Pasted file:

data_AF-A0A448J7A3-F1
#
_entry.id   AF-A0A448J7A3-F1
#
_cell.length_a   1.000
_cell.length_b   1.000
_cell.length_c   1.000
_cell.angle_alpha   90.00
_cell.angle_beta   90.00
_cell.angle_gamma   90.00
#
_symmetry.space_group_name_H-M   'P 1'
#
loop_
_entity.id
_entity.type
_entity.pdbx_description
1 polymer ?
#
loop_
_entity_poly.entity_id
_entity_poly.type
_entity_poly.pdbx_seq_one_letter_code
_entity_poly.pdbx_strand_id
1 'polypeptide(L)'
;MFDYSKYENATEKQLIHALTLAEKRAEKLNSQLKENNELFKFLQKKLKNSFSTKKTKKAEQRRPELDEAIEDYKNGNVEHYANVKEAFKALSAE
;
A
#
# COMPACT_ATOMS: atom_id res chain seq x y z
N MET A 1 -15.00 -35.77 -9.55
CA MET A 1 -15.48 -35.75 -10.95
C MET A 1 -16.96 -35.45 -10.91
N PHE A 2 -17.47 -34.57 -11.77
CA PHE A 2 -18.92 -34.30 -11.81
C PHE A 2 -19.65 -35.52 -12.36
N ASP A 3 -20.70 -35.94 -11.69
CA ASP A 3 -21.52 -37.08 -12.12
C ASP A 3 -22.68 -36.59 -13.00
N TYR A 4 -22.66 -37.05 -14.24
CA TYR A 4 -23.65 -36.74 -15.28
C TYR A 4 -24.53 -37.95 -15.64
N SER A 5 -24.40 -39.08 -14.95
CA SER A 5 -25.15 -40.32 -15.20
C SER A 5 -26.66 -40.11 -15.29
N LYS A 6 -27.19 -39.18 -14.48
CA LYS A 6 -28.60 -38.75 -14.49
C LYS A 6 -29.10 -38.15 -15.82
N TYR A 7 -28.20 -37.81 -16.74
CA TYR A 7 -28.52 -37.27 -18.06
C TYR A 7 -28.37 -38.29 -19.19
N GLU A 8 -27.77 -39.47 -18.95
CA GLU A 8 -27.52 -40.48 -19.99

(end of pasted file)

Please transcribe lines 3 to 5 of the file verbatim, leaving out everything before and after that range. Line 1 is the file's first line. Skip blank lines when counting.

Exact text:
_entry.id   AF-A0A448J7A3-F1
#
_cell.length_a   1.000